Are you seeing the problem yet?

It's not easy to deal with someone who is labelled a "toxic" person. Believe me, I know. However, one big aspect of the situation to keep in mind is that, often, these people are dealing with legitimate emotional and psychological issues that they are desperate to keep hidden. There is so much exposure on social media these days regarding support for those suffering from mental illness, particularly with respect to depression and anxiety. And yet, it comes along with advice to cut "toxic" people out of your lives, when they are the most likely people to be suffering from a mental illness. How does this make sense? Usually the most obvious "toxic" people suffer from some degree of narcissism, which is a legitimate mental illness, along with depression and anxiety. Are we only going to support those that we find easy to support? The ones we find it easy to "feel sorry for"? No, it's not easy to feel sorry for a narcissist, mostly due to their tendency to take their issues out on the people around them. But again, it comes back to the defensive mechanisms that have become ingrained over years.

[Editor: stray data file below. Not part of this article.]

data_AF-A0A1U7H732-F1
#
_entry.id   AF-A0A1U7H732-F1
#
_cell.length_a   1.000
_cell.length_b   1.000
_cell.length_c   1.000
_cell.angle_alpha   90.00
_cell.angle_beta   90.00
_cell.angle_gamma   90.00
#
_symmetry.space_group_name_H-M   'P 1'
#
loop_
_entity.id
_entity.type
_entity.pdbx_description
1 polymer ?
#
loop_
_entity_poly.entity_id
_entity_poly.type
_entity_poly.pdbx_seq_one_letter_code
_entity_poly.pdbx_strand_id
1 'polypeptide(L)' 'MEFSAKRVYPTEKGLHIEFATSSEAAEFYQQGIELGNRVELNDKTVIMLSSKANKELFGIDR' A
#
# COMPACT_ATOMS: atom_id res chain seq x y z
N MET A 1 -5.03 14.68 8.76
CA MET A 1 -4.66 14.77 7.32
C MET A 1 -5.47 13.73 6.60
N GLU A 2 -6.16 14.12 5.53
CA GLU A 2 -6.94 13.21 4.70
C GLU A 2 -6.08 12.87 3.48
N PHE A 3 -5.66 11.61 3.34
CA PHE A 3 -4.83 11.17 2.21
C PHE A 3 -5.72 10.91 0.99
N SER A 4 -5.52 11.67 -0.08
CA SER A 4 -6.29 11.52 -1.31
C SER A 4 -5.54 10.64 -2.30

Here is my challenge to you: Love a Narcissist. Get to know a "toxic" person. Be kind to them. Include them. Let them feel "safe" around you. Leave your judgements at home, and treat them the way you wish they could treat you. It won't be easy, and you'll be going against the grain, so-to-speak, but you may be surprised at what happens.

1 Response
  1. Lloyd Boone Says:

    Thanks for this fine blog! Wonderful insight and comments! My thoughts and feelings exactly!